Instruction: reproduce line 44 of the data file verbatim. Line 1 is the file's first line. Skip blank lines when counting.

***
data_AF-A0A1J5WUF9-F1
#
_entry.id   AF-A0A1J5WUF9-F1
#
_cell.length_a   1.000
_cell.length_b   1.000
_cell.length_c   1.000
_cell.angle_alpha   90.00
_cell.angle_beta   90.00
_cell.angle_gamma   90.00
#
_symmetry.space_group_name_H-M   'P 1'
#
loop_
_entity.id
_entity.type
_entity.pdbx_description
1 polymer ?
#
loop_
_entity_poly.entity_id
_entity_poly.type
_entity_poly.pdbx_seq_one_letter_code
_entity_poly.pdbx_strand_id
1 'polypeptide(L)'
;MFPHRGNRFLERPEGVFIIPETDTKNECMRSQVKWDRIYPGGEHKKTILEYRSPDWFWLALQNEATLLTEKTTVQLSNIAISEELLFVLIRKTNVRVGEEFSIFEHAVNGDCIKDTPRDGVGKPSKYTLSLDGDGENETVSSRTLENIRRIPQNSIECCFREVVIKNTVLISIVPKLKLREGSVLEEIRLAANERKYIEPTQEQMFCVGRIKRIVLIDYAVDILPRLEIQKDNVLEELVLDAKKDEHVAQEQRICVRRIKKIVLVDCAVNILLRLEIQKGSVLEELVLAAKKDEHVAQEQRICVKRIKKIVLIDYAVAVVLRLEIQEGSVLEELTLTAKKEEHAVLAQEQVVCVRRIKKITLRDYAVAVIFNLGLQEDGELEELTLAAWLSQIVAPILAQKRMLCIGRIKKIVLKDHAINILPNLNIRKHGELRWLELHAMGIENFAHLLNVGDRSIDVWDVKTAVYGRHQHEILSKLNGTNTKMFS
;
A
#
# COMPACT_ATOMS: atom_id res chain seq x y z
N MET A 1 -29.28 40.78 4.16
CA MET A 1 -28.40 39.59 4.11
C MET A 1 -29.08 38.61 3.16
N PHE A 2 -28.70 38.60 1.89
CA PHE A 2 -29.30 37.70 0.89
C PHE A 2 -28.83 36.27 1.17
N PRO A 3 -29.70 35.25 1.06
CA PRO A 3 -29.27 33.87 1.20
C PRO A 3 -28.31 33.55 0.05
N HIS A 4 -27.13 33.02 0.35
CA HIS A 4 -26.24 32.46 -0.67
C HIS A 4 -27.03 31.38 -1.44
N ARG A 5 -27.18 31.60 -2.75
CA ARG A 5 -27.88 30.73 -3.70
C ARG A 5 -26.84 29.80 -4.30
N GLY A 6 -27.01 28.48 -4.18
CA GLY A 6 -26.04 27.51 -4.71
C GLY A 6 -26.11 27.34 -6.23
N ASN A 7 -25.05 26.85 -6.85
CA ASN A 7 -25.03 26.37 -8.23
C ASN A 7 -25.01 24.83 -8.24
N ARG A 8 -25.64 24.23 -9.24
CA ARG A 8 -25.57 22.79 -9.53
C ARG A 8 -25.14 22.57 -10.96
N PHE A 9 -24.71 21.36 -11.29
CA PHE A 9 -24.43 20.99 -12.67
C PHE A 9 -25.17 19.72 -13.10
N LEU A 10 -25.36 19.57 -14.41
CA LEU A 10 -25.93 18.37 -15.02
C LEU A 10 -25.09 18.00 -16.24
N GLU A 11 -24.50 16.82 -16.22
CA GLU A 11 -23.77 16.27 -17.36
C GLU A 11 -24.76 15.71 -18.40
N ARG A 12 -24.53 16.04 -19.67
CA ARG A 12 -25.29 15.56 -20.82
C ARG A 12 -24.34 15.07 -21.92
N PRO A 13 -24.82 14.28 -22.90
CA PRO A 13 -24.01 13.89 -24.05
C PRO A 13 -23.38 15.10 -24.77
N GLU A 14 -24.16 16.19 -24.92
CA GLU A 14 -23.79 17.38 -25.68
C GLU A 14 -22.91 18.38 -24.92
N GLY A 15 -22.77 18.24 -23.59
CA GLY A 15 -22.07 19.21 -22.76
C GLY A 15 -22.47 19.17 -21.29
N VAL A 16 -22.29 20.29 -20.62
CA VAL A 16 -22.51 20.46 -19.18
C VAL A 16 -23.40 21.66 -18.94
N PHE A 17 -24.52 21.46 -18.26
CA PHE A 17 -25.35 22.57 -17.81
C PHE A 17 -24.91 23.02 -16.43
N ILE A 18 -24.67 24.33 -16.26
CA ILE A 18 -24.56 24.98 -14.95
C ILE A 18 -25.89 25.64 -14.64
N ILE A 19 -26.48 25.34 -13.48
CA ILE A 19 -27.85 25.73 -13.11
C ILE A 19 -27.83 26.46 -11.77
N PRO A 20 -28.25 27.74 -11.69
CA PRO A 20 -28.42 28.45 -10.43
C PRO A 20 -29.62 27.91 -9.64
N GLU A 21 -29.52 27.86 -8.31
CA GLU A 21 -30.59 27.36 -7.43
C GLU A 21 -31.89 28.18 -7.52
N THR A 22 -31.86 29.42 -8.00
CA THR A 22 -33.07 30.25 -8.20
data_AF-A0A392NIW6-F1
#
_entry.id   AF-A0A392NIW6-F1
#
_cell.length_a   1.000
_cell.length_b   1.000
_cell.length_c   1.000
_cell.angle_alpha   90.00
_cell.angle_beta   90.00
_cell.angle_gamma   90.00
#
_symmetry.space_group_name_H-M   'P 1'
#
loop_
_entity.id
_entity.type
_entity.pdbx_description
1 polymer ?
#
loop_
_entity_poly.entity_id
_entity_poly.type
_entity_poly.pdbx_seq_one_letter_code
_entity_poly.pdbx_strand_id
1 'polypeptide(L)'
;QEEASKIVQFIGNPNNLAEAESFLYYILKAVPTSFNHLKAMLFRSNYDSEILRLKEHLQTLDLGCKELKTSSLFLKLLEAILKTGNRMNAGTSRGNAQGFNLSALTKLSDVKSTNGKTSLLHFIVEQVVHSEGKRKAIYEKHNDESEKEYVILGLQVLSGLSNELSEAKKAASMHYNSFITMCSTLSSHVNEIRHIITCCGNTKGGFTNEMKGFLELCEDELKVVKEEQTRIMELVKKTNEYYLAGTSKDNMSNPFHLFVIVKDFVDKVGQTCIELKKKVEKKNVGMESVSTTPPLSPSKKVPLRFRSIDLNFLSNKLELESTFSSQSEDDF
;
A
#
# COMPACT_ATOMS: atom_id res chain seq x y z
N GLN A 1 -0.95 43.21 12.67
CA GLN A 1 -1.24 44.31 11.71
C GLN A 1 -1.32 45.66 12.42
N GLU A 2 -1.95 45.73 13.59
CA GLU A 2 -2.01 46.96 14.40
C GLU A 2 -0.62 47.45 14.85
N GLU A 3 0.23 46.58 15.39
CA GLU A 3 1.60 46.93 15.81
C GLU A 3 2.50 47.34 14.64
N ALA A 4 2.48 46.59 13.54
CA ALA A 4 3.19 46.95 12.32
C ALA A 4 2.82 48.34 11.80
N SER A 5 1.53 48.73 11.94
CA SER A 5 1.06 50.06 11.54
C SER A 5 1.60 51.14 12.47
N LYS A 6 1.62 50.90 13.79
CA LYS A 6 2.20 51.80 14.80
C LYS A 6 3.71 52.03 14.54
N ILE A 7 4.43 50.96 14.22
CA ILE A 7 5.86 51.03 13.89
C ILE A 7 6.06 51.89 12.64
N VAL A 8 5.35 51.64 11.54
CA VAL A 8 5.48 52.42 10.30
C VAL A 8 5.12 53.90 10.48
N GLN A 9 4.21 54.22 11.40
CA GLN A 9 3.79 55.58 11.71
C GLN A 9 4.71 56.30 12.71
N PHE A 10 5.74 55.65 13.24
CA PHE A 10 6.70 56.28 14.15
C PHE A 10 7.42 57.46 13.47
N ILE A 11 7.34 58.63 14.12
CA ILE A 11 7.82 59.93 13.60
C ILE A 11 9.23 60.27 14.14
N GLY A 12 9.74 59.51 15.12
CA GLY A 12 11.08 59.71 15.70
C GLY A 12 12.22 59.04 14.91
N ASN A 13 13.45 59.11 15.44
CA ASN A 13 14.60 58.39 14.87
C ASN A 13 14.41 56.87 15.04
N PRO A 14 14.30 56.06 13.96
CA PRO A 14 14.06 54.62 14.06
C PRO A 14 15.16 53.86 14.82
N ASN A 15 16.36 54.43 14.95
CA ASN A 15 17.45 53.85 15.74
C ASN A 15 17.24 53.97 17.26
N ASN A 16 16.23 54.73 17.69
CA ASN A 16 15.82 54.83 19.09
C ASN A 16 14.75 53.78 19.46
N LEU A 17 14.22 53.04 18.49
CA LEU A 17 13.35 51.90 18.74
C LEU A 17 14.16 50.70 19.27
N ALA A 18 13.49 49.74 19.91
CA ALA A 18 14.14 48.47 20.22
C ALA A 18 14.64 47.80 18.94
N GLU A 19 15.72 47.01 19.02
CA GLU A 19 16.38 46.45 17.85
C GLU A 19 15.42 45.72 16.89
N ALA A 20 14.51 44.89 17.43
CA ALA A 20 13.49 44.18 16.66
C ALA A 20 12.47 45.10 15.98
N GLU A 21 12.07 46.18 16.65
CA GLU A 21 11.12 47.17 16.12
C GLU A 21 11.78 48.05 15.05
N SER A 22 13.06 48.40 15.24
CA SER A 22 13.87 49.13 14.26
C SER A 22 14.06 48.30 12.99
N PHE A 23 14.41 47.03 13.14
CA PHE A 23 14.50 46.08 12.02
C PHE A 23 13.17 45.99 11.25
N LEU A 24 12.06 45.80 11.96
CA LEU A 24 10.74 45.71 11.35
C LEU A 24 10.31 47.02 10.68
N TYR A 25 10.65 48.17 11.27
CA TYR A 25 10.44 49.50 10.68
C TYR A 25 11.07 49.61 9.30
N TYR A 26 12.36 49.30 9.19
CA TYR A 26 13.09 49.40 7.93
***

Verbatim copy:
CA ARG A 5 -27.88 30.73 -3.70